The Unrealized Potential of

Blockchain Technology in Healthcare

Author’s Corner

In her white paper, Silpa Saladi, Client Operations Director, discusses the unrealized potential of blockchain and the benefits it has to help scale organizations.

Please click on the video to the right to learn more about Silpa, her paper’s key takeaways, and her motivation for writing on this subject.

To discuss this white paper at length, please contact the author using the information provided at the bottom of the article.

We must stop trying to force problems to fit technology; instead, we need to focus on discovering the right technology for the specific issue that needs a solution.

Manual processes have contributed to roughly $400 billion per year in unnecessary spending and write-offs caused by the complex rules and regulations, multiple parties coordinating care, and antiquated systems. In a perfect world, we would be able to streamline the back-office workflow processes – starting from the time the patient seeks medical attention and concluding when payments for that care are settled. This transformation could create better patient experiences, increased revenue, and operational efficiency. This is where blockchain comes in.

A blockchain is a tamper-resistant technology that can store continuously growing data that is grouped into blocks. Each block is connected to the previous one by including a unique identifier based on the last block's data. Therefore, if the data is changed in one block, the unique identifier changes can be seen in every subsequent block.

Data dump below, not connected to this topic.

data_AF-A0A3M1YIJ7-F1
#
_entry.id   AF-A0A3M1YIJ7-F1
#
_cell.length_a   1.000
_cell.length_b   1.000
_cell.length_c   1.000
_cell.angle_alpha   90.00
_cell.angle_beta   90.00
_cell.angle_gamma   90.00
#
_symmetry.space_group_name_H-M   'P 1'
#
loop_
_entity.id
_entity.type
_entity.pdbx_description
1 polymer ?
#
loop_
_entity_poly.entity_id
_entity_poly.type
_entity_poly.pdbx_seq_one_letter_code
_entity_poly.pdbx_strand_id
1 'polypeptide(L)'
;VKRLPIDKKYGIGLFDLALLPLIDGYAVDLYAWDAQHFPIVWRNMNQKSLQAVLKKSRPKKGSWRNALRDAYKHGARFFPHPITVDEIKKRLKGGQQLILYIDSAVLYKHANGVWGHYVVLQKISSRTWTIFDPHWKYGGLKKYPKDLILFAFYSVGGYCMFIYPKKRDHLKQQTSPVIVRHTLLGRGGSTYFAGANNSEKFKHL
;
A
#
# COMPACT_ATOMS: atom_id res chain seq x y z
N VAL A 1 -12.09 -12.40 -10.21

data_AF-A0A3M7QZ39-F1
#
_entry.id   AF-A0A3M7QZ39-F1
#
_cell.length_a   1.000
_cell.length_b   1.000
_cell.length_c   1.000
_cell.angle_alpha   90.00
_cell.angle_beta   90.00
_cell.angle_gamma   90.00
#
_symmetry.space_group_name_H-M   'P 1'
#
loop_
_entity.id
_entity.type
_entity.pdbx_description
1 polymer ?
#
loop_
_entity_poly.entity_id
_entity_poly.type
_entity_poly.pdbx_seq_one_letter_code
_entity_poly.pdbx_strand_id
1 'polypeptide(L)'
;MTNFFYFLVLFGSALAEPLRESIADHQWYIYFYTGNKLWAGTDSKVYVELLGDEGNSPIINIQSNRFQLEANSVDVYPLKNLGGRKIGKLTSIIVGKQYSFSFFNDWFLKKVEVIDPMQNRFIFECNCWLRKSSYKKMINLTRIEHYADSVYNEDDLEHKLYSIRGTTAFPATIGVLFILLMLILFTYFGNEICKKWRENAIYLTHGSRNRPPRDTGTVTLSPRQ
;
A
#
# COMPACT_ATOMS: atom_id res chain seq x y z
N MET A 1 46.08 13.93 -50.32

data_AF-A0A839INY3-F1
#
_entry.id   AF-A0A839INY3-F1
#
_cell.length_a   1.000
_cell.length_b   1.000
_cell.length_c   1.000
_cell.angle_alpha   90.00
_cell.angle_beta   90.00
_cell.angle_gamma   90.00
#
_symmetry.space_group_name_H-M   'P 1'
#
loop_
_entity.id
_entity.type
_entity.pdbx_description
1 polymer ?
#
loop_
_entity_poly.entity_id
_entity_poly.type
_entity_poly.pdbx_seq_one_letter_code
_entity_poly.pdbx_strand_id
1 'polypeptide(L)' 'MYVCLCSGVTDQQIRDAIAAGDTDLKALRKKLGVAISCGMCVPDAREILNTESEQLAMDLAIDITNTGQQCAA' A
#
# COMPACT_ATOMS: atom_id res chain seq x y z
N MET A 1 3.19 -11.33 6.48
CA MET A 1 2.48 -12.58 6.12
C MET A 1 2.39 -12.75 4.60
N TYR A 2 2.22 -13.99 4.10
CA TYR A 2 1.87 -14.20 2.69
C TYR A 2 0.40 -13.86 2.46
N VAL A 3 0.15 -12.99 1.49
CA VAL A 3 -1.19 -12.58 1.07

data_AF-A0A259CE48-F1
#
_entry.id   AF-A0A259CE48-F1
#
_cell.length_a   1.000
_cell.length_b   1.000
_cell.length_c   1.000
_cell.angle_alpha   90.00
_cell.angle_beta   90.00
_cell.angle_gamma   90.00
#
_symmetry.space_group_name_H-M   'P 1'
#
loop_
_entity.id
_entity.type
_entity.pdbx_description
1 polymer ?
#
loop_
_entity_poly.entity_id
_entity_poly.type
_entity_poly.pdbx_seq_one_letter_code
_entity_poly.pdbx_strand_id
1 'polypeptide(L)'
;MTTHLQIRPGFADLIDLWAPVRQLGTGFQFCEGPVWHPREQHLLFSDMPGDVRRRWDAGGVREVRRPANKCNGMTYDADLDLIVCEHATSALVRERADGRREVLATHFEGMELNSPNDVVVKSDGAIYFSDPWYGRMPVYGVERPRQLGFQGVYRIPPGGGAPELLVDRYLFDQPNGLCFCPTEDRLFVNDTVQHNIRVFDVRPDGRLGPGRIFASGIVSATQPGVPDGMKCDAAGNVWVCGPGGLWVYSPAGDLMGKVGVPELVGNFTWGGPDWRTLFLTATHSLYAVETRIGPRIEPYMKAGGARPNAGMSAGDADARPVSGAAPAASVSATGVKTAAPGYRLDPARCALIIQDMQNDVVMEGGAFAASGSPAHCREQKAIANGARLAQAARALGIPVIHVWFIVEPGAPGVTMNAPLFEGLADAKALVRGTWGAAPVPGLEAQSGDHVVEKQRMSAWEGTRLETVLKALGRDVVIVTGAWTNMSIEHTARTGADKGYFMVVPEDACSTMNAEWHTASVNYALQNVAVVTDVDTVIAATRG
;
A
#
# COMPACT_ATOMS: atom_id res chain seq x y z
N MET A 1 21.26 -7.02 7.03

This domino effect allows all users within the blockchain to know if a previous block's data has been tampered with, making it difficult to alter or destroy without proper protocols. In addition, everyone with access to the blockchain can see when and who had triggered this change, making it nearly impossible to modify or destroy these records. Continuously evolving technology, just like change, is a constant in healthcare.

Health data is one of the most sought after in the information economy today. In fact, big data is considered the "gold rush" of the 21st century. Blockchain allows for patient information to be accessed in real-time through hubs that connect all stakeholders to the evolvement of a patient encounter. The data is shared across various parties, including providers, payers, and patients. In addition, each party can add to the ledger, which enables real-time access and the exchange of information.

Currently, hospitals are like islands without bridges connecting them to each other or other entities within their own care continuum, such as labs and private practices. Instead, each island maintains its own database - a siloed system whose structure makes it difficult for one hospital to communicate with another, even though they may be part of the same network.

In addition, the lack of interoperability amongst disparate systems creates a level of complexity. A blockchain exchange system eliminates the need for point-to-point connections because each island possesses its own unique node on a network that spans and unites all others. The use of nodes provides participants with a secure way to interact directly without intermediaries. They can share information by sending messages while ensuring privacy through encryption technologies built into blockchain technology solutions.